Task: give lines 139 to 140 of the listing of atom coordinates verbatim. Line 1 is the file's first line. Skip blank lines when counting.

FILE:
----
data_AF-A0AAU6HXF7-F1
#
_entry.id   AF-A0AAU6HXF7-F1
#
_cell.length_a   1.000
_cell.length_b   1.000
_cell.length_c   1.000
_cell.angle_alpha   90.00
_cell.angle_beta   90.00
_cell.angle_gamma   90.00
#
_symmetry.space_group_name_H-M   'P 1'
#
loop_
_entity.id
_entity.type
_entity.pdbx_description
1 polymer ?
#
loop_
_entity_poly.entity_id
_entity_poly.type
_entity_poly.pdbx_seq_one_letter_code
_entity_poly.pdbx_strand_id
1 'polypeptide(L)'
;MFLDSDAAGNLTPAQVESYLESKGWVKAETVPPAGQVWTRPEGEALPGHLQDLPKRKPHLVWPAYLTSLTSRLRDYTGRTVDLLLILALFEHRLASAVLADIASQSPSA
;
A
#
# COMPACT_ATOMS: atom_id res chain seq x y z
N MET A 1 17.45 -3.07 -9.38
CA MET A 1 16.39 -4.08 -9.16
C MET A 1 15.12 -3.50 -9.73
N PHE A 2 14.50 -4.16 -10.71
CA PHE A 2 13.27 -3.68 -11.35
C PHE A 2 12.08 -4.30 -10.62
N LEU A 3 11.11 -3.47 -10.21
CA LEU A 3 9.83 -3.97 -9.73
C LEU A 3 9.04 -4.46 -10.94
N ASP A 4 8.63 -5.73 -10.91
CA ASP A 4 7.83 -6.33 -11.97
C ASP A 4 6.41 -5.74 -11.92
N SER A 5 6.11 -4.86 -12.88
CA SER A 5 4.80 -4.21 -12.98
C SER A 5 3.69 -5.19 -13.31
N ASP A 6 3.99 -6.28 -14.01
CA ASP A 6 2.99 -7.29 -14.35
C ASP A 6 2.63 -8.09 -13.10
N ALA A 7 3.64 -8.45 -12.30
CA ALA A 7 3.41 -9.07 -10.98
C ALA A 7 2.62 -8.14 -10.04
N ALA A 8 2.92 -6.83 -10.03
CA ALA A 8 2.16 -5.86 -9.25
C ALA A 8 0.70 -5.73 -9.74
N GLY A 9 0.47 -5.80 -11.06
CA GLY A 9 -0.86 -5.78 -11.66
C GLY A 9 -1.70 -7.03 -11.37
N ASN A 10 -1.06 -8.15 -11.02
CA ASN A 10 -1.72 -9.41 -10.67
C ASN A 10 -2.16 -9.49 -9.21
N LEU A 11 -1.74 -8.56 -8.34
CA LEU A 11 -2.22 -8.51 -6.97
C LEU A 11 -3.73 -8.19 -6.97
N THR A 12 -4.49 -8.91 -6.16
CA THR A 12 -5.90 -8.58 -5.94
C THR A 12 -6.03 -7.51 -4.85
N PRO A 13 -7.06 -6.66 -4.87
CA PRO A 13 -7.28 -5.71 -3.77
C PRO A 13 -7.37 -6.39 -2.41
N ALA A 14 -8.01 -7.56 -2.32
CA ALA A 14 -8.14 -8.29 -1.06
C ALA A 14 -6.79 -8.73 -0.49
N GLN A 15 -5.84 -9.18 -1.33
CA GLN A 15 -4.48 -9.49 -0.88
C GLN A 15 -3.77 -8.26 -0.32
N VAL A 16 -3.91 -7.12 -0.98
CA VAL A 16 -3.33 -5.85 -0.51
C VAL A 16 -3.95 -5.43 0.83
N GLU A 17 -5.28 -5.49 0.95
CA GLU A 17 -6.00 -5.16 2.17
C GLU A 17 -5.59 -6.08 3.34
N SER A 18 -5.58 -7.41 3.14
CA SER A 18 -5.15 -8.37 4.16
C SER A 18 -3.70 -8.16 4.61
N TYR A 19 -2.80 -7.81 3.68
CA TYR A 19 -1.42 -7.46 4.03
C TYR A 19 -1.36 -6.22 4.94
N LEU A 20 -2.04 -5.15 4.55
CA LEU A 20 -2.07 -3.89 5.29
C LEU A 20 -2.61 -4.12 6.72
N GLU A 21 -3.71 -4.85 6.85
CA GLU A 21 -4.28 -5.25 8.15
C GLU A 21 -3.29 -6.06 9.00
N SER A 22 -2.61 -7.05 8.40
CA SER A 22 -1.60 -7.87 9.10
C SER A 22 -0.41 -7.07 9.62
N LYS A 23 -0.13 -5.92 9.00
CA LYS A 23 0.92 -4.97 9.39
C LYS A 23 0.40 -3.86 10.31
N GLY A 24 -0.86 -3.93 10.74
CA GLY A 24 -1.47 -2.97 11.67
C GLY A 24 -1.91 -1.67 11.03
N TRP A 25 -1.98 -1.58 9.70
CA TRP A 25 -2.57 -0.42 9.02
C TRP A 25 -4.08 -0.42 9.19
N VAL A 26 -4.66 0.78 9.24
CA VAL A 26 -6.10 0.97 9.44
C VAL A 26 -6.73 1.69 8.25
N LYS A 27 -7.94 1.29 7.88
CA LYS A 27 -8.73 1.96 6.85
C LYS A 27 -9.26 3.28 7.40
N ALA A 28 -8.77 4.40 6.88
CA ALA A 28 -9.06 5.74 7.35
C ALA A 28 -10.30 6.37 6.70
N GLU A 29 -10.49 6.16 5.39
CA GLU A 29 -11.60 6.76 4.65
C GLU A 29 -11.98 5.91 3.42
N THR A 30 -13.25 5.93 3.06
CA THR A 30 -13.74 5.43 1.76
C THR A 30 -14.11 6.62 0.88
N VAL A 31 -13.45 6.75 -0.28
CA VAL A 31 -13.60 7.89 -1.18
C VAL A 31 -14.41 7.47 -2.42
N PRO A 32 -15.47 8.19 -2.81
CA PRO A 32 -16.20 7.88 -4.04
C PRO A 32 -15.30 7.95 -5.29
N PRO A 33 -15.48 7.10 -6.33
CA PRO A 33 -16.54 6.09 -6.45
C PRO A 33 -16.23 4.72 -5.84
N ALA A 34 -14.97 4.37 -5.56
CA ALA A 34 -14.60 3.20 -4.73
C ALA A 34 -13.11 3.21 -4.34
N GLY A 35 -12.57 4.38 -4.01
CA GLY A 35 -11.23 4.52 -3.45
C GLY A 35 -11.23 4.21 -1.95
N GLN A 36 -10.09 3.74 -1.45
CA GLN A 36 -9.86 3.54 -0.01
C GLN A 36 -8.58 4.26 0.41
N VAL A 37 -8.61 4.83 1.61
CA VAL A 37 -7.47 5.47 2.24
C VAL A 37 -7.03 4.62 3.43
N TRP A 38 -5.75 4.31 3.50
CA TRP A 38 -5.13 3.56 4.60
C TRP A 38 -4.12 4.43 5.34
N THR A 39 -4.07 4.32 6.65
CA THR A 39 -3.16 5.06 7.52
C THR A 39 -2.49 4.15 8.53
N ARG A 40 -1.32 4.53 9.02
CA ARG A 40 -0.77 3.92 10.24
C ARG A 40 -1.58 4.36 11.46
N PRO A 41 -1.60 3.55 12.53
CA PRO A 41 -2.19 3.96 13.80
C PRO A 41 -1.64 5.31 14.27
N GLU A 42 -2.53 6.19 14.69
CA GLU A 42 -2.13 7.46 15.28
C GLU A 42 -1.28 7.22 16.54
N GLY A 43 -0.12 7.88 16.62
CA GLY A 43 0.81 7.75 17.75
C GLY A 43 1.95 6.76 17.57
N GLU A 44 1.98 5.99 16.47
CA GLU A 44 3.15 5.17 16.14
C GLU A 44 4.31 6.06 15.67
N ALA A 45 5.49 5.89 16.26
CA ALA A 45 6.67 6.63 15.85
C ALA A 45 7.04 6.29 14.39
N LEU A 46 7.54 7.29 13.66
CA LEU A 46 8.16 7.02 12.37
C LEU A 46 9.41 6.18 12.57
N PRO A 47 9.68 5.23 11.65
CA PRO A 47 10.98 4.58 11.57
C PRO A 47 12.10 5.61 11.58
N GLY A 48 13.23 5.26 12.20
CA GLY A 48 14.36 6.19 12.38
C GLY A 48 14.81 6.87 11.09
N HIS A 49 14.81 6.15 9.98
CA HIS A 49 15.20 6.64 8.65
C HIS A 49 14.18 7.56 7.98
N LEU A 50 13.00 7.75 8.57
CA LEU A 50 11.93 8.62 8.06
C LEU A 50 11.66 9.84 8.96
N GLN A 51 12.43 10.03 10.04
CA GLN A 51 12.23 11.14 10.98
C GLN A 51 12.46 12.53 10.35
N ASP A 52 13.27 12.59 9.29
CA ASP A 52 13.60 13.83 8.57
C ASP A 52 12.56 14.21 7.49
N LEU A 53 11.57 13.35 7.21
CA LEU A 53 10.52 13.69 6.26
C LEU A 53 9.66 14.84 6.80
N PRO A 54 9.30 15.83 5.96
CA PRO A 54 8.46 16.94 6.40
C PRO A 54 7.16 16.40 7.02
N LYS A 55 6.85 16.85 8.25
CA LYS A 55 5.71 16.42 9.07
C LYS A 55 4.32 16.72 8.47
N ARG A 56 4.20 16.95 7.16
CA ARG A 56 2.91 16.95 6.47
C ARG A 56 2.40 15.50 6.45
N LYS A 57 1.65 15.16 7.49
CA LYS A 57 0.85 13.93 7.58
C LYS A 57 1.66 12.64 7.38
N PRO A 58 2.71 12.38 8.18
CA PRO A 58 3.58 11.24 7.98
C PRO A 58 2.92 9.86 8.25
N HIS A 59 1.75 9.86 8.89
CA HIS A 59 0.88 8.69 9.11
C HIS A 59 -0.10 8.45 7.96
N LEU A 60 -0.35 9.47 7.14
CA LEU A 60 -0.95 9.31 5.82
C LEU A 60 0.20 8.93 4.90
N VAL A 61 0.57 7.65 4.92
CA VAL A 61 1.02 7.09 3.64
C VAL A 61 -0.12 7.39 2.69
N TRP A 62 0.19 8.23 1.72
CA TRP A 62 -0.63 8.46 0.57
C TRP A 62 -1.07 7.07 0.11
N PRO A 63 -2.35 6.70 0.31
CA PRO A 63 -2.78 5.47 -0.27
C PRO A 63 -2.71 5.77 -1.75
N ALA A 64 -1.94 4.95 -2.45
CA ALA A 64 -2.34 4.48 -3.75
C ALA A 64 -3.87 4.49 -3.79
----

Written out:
N VAL A 37 -8.61 4.83 1.61
CA VAL A 37 -7.47 5.47 2.24